Orchestrating the orchestrator: reaching out to the untrusted domain

Now that Microsoft is pushing the cloud as a new way of building and experiencing IT, SCORCH (I love this abbreviation btw!) is positioned as the bread-and-butter tool to simplify your datacenter-management along with the rest of the SC family.

While most SaaS environments aren’t hard to clamp in scorch’s grip, as they are usually contained within a single domain, what about IaaS or PaaS where there is much more isolation in place?

Before I go into further detail, I’ll summarize the topology of scorch:



– The management server is responsible for storing flows in the datastore and pushing tools or IP’s to action servers and clients (although they can be manually installed as well). It can also start flows on action servers when commanded to by either a client or the webconsole.

– The action server can be assigned workflows, which it then executes when commanded to by the management server. The action server only needs a connection to the datastore in order to function.

The caveat is that both the management- and action servers run under the usual service account. And unless you want to juggle around with credentials within your flows, you want to run the action-server under a credential that has localadmin-rights on the servers that exist in your flow-scope. Furthermore, the action-server uses its credentials to access the datastore.

These requirements don’t add up when the action-server resides on an untrusted domain. How can it reach it’s datastore, how can it be reached by the management-server if needed?

I asked myself (and google) the same question, and got these results:

A TechNet forum-topic

A Microsoft guide on how to manually deploy an action-server


This got me on my way to break through the barrier between my scorch-servers:

– In both the native and untrusted domain, create a service-account for the scorch action-server. These MUST be identical in both account name and password!

– Assign the remote account as localadmin on the action-server.

– On the datastore, assign the local service-account the DB_owner schema. Also, create a SQL login ‘eg Orchestrator with password ‘0rch3str@t3Th!s’ and assign it the DB_owner schema as well. This will be used later to register the remote action-server.

– Copy the following items from the scorch-management server to the future action-server:

OpalisIntegrationServer_ActionServer.msi from <Management Server installation location>\Components\Server\

OpalisIntegrationServer_FoundationObjects.msi from <Management Server installation location>\Components\Objects\

Any Integration Packs that need to be installed from <Management Server installation location>\Components\Objects\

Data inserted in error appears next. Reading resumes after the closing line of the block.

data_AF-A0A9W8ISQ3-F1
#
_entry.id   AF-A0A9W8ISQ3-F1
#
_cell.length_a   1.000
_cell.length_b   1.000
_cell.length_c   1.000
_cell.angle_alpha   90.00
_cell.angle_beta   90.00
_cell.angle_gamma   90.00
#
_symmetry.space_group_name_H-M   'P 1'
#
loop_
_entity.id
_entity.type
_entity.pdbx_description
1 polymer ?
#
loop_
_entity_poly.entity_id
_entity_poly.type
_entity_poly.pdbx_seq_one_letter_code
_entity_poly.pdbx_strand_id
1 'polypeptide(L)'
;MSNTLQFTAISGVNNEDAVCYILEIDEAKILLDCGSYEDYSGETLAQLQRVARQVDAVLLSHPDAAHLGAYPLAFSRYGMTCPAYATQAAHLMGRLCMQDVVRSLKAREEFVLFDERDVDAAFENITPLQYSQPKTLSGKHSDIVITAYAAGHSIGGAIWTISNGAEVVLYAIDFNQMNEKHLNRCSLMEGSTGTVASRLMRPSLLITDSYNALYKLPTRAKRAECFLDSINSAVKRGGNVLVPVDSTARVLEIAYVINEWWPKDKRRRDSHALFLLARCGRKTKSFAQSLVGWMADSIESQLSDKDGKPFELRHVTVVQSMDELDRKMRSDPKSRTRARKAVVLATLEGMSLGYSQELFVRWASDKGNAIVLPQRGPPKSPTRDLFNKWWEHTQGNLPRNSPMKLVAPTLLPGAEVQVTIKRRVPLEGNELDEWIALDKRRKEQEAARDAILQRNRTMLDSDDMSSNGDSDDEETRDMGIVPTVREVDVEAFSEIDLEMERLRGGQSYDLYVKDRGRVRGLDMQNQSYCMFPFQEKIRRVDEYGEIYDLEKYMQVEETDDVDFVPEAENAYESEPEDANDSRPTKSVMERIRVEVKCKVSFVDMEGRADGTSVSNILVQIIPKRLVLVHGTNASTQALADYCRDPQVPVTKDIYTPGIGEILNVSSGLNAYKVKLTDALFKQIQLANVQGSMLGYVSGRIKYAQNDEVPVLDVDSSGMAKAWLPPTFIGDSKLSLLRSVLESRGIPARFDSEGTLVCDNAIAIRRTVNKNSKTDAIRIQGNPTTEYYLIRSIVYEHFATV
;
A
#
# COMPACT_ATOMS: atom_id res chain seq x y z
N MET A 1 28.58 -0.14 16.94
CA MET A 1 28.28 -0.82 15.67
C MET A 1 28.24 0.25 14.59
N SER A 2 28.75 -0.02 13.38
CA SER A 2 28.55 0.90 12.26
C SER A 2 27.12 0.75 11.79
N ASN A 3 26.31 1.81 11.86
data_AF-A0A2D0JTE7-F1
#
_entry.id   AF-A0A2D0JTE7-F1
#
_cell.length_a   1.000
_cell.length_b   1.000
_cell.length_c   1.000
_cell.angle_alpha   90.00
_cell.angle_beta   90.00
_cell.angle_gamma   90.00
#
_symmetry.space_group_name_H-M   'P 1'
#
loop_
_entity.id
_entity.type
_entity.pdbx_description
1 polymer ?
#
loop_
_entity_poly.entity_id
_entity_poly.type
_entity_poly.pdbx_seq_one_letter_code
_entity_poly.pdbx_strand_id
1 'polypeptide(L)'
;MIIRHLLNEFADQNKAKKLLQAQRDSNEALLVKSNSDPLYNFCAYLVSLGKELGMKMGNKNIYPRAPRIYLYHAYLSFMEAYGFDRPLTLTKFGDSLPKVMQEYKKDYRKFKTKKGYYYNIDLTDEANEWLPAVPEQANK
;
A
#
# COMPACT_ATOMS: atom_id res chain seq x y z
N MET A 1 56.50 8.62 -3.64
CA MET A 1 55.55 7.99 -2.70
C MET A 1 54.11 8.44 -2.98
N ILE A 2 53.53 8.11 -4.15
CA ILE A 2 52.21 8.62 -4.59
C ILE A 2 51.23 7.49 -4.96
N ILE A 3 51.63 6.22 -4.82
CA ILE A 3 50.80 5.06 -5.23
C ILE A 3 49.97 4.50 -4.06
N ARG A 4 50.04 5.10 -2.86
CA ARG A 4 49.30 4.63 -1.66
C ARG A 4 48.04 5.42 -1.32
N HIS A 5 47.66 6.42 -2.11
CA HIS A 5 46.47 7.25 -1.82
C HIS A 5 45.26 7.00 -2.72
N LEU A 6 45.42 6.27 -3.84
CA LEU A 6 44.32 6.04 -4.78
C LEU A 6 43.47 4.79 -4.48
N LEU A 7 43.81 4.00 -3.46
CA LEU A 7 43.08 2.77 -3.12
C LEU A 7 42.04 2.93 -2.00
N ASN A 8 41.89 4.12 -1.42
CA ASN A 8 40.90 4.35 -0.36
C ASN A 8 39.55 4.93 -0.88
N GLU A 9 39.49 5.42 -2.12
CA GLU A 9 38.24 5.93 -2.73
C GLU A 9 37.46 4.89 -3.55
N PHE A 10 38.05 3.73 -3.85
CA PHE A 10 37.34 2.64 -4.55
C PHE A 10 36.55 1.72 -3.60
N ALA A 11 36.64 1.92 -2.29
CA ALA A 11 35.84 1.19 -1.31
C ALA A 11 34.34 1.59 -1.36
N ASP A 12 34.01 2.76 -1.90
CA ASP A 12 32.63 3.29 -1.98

– Install the components by using msiexec and the commandline:

Action Server
msiexec.exe /i “<location>\OpalisIntegrationServer_ActionServer.msi” /qn ALLUSERS=1 AS_USERNAME=<domain\account> AS_PASSWORD=<password>

Use the remote service account in the AS_USERNAME and AS_PASSWORD parameters.

Foundation Objects (base scorch flow-objects)
msiexec.exe /i “<location>\OpalisIntegrationServer_FoundationObjects.msi” /qn ALLUSERS=1

Any Integration Pack needed to execute flows
msiexec.exe /i “<location>\IntegrationPackInstallationPackage.msi” /qn ALLUSERS=1


– Point the action-server to the datastore
Now that the action-service is installed, you must point it to the datastore on the native domain. This is done by the database-configuration utility, which gets installed along with the action-service.



Point it to the SQL-server on the native domain, and use the SQL-login created earlier to connect and register to the database.

– Verify the action-service is running
If it’s running, all should be okay as it will only keep running if there is a connection with the datastore.

At this point when you open the deployment-manager on the management-server, the new action-server should be visible and usable!



You can now assign flows to the action-server and run them under the remote domain’s security-context, nice!


The magic (although lame) trick behind this method is that when the remote service-account accesses the datastore, which has an identical local account as owner, it forces a fallback from the regular Kerberos authentication to a failover protocol where credentials are matched by a hash based on account-name and password (like workgroup-authentication). As the accounts are identical, the authentication succeeds.

An alternative to this method is to program your flows with remote credentials and connect to the remote domain that way, but this requires a lot of flowdesign-overhead and isn’t as practical as having a ‘man behind enemy lines’.

Another cool part is that once the initial setup is complete (and the database-config tool supports parameters), you can design a workflow that will automate the deployment of remote action-servers. In essence, scorch can expand itself!

Although this method works, it is far from beautiful. I hope (and assume) that SCORCH 2012 will have more out-of-the box possibilities to support a workgroup/untrusted domain scenario.

But for now, let the orchestrating begin!

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